Ecumenism —part 3: Adonai Ekhad

My heart overflows with passion and love for many groups within the body of Christ Jesus / Yeshua HaMeshiach.

Attempting to fulfill The Word

Thus far I have communed with two congregations, both of which reflecting in a different way what The Angel revealed to me as the True Faith. I have communed with the Catholic Church, while independently maintaining a kosher diet and celebrating the Biblical holy days as celebrated by the Jews. I have also communed with Natzarim Yahshua Family Fellowship, a Torah observant Messianic community who follows the Biblical Laws, keeps a kosher diet, and celebrates the Moedim; a congregation in which I was present at the founding of, though I was never a leader within the congregation. While a part of Natzarim Yahshua, I continued to attend Catholic mass. Since age 13, I have been a Hebrew Catholic, following the Written Tradition (Tanakh and Brit HaDasha) and the Oral Tradition (The Jewish and Catholic teachings on how to live out the Tanakh and Brit HaDasha), as The Angel instructed me to do.

By attending the Catholic Church, when combined with Rabbinic Judaism, I was able to live out the Oral Tradition, but sadly Catholicism abrogated / removed from, and Rabbinic Judaism  needlessly built upon / added to, the Written Tradition, which they were not supposed to do. By attending Natzarim Yahshua Family Fellowship, I was able to live out the fullness of the Written Tradition, and experience some nouveau (newly arrived or developed) Oral Traditions, but they lacked some of the authenticity of the Oral Traditions that have been around thousands of years, some going all the way back to how Moses / Moshe taught the Hebrews how to fulfill the Written Tradition. It was refreshing and wonderful to be part of a group that fulfilled the Torah, but there is a benefit to fulfilling it in a tried and true way that has been passed down throughout the ages from parents to children. That is something Natzarim Yahshua lacked, and was even at time vehemently opposed to—they were throwing out the baby with the bathwater. The Angel told me there was a Written and Oral Tradition.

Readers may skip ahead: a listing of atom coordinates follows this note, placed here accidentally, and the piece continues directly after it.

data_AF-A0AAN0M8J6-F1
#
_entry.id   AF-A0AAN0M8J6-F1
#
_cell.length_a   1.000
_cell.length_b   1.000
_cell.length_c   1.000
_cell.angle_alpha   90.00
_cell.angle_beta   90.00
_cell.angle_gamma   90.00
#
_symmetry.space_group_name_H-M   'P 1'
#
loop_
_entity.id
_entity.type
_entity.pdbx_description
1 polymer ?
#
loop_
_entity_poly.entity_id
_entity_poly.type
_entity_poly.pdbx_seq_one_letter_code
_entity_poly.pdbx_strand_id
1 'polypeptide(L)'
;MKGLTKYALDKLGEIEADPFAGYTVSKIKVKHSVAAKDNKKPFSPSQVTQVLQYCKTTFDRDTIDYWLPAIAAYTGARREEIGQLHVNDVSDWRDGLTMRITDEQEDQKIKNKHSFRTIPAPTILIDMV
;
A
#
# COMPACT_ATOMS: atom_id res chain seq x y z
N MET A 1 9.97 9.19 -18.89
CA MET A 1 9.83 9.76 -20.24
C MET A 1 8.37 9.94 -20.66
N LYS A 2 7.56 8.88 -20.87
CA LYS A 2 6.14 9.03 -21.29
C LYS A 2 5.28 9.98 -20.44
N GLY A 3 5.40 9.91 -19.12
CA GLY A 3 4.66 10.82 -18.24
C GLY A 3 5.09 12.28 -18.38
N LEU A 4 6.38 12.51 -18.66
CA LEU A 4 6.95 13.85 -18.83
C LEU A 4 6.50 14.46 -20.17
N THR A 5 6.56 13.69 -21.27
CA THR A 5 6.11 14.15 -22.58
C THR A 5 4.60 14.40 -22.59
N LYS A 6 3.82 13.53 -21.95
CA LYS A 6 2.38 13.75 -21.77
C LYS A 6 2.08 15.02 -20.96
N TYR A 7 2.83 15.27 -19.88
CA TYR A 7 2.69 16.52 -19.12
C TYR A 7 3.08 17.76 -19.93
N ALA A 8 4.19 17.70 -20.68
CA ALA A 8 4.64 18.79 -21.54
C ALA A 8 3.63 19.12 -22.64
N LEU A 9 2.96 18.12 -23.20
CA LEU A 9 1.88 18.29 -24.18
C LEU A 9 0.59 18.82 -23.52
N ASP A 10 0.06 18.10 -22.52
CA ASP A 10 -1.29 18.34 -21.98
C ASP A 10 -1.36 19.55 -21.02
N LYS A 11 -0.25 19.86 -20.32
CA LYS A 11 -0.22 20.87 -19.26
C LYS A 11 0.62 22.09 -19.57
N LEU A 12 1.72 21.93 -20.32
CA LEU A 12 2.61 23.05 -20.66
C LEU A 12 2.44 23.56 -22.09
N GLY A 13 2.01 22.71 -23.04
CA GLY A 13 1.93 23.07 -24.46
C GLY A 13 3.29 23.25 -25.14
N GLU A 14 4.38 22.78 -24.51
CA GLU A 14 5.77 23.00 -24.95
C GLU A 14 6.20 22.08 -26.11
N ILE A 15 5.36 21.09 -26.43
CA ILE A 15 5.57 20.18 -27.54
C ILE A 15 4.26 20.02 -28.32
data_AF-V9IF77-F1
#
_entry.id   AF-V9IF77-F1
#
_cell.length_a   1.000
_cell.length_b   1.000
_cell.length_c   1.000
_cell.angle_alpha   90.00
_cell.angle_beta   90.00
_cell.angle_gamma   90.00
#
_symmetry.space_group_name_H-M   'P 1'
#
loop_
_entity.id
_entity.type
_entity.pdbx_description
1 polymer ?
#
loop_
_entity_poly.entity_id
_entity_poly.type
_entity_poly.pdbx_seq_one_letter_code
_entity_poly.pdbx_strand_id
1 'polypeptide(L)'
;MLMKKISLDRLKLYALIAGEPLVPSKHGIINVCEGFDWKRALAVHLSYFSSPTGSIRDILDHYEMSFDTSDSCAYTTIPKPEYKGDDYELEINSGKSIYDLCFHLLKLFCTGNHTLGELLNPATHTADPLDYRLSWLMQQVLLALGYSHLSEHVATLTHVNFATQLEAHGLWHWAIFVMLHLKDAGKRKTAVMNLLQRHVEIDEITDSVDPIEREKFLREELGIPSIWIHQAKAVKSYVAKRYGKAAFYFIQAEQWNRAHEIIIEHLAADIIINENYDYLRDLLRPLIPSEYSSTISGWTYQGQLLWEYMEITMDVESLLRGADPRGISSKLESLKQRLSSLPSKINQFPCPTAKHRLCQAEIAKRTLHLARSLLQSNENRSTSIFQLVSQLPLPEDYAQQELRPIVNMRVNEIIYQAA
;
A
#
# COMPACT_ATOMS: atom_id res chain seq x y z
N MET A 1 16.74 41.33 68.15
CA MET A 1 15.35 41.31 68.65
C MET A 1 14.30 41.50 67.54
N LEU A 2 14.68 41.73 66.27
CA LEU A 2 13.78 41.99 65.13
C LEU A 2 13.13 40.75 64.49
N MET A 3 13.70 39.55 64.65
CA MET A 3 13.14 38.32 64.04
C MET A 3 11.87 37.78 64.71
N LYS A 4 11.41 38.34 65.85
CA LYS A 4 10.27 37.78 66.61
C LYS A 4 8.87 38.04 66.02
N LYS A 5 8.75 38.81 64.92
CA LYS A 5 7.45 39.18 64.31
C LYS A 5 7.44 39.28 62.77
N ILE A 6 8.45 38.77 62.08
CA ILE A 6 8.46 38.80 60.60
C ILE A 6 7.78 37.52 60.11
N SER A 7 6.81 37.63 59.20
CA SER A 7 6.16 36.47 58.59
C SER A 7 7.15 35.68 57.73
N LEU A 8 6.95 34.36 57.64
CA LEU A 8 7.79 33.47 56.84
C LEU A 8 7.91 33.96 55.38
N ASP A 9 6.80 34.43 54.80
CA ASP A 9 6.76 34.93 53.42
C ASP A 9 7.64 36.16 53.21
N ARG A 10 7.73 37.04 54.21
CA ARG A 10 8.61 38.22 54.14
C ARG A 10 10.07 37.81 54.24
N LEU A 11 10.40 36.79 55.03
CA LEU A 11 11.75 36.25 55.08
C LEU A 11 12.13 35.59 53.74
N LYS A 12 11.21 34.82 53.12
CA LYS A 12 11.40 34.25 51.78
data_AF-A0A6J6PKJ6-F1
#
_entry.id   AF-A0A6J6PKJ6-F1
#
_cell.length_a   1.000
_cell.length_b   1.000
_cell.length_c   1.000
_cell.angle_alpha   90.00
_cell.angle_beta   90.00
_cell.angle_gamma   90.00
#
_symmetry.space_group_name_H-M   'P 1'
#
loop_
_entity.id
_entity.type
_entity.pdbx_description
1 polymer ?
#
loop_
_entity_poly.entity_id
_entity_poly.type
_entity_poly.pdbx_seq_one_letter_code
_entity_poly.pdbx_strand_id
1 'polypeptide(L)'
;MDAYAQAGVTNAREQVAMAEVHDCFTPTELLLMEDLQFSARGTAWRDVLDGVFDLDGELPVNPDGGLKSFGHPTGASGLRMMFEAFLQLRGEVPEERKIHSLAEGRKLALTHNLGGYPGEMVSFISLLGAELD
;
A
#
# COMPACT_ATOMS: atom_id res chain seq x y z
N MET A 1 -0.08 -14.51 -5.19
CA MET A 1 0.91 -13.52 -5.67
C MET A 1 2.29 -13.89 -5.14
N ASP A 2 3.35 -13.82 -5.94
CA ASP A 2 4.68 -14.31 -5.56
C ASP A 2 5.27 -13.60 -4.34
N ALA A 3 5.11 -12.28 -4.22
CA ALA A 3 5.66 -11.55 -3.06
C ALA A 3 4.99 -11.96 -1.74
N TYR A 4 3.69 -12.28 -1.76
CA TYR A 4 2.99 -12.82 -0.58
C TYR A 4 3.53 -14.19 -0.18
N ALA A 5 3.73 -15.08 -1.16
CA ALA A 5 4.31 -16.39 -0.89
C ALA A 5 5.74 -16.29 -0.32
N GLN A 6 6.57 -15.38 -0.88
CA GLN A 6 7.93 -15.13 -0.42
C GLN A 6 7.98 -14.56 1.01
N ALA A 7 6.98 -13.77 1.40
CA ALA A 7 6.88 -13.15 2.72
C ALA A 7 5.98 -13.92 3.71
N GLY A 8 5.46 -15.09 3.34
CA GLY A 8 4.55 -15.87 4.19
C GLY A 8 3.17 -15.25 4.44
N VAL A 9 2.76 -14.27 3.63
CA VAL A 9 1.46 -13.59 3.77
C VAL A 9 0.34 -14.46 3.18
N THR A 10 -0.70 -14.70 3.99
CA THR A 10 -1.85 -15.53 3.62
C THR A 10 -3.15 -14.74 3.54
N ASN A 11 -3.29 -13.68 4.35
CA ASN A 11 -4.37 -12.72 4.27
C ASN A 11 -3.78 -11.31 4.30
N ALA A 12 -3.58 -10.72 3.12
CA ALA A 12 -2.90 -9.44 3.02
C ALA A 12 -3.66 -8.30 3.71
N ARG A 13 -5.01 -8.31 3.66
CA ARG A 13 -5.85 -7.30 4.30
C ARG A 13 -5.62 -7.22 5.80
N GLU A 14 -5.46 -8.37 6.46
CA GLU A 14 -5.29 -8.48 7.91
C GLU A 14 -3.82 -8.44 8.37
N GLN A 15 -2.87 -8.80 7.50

The Written and Oral Traditions

Of course the Written Tradition, when properly maintained and not redacted or interpolluted, is inerrant. However, even when properly passed down, it only remains inerrant in practice when understood correctly. If a person or group of people misunderstand it, it can be twisted to seem to mean all sorts of things which it does not actually mean, and therefore within practice, the people will be following it in error, and thusly not actually following it. For Jews and Messianics this is obvious when they look at Christians; for Christians this is obvious when they look at Jews’ rejection of Jesus. This is why Oral Tradition is important, it can help us to not misinterpret the written tradition, and help show us how it may be fulfilled; however as we know, the Oral Tradition can become corrupted over time, as it has with the Christians’ abrogation of the law, and Rabbinic Judaism’s overcomplicating of the law; and the most obvious of them all being the major ways in which both of those Oral Traditions disagree with each other.

How do you reconcile the two Oral Traditions?

The Oral Tradition, because it can more easily be corrupted, and is itself not laws or commandments, but an explaining / elucidation of what the Written Commandments mean and suggested ways one may possibly fulfill them; the Oral Tradition must always come second to the Written Tradition, and cannot overwrite or abrogate the Written Tradition. The Oral Tradition is subordinate to, and elucidates the Written Tradition, just as the Talmud (Oral Tradition) elucidates the Torah (Written Tradition). So anytime an Oral Tradition abrogates or blatantly violates the Written Tradition, I throw out that particular Oral Tradition as an interpollution. When that happens, I do not throw out all of the Oral Tradition, as some do, as that is throwing out the baby with the bathwater. I take the Written Tradition at face value, double checking it with multiple translations and diving into what the Hebrew means, as well as see how the Oral Tradition explains it; I then try my best to fulfill it.